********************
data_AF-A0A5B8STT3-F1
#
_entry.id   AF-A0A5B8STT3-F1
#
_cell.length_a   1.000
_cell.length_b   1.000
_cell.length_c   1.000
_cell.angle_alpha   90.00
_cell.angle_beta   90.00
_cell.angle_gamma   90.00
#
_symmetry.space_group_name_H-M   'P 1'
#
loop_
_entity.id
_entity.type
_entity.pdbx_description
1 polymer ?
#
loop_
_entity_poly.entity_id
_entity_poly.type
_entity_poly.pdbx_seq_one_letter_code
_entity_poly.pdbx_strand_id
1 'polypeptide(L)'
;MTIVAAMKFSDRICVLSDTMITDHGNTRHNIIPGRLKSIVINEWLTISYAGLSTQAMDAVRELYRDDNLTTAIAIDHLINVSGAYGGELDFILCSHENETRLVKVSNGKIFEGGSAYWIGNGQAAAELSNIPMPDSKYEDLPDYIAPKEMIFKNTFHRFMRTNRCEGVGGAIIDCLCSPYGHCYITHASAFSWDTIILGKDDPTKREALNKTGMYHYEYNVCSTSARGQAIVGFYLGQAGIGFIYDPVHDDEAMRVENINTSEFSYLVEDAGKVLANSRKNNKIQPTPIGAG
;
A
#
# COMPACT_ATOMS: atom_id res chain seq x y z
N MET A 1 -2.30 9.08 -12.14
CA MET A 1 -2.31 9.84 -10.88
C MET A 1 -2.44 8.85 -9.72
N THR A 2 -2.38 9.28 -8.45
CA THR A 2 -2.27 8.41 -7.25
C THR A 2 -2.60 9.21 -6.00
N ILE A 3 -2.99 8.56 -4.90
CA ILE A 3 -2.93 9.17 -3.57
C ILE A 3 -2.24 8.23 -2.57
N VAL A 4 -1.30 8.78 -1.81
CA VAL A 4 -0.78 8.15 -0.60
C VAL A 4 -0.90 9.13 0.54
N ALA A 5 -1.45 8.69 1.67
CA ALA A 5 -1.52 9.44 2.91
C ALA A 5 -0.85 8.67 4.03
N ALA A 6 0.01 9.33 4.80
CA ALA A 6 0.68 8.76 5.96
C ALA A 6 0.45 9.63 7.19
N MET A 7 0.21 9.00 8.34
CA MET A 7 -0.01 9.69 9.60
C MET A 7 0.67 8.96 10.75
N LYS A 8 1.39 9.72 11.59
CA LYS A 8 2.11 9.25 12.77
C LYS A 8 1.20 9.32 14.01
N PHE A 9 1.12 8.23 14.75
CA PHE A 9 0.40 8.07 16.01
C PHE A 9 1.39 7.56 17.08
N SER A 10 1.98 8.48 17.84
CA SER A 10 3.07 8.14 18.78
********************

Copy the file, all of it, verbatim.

data_AF-A0A5B8STT3-F1
#
_entry.id   AF-A0A5B8STT3-F1
#
_cell.length_a   1.000
_cell.length_b   1.000
_cell.length_c   1.000
_cell.angle_alpha   90.00
_cell.angle_beta   90.00
_cell.angle_gamma   90.00
#
_symmetry.space_group_name_H-M   'P 1'
#
loop_
_entity.id
_entity.type
_entity.pdbx_description
1 polymer ?
#
loop_
_entity_poly.entity_id
_entity_poly.type
_entity_poly.pdbx_seq_one_letter_code
_entity_poly.pdbx_strand_id
1 'polypeptide(L)'
;MTIVAAMKFSDRICVLSDTMITDHGNTRHNIIPGRLKSIVINEWLTISYAGLSTQAMDAVRELYRDDNLTTAIAIDHLINVSGAYGGELDFILCSHENETRLVKVSNGKIFEGGSAYWIGNGQAAAELSNIPMPDSKYEDLPDYIAPKEMIFKNTFHRFMRTNRCEGVGGAIIDCLCSPYGHCYITHASAFSWDTIILGKDDPTKREALNKTGMYHYEYNVCSTSARGQAIVGFYLGQAGIGFIYDPVHDDEAMRVENINTSEFSYLVEDAGKVLANSRKNNKIQPTPIGAG
;
A
#
# COMPACT_ATOMS: atom_id res chain seq x y z
N MET A 1 -2.30 9.08 -12.14
CA MET A 1 -2.31 9.84 -10.88
C MET A 1 -2.44 8.85 -9.72
N THR A 2 -2.38 9.28 -8.45
CA THR A 2 -2.27 8.41 -7.25
C THR A 2 -2.60 9.21 -6.00
N ILE A 3 -2.99 8.56 -4.90
CA ILE A 3 -2.93 9.17 -3.57
C ILE A 3 -2.24 8.23 -2.57
N VAL A 4 -1.30 8.78 -1.81
CA VAL A 4 -0.78 8.15 -0.60
C VAL A 4 -0.90 9.13 0.54
N ALA A 5 -1.45 8.69 1.67
CA ALA A 5 -1.52 9.44 2.91
C ALA A 5 -0.85 8.67 4.03
N ALA A 6 0.01 9.33 4.80
CA ALA A 6 0.68 8.76 5.96
C ALA A 6 0.45 9.63 7.19
N MET A 7 0.21 9.00 8.34
CA MET A 7 -0.01 9.69 9.60
C MET A 7 0.67 8.96 10.75
N LYS A 8 1.39 9.72 11.59
CA LYS A 8 2.11 9.25 12.77
C LYS A 8 1.20 9.32 14.01
N PHE A 9 1.12 8.23 14.75
CA PHE A 9 0.40 8.07 16.01
C PHE A 9 1.39 7.56 17.08
N SER A 10 1.98 8.48 17.84
CA SER A 10 3.07 8.14 18.78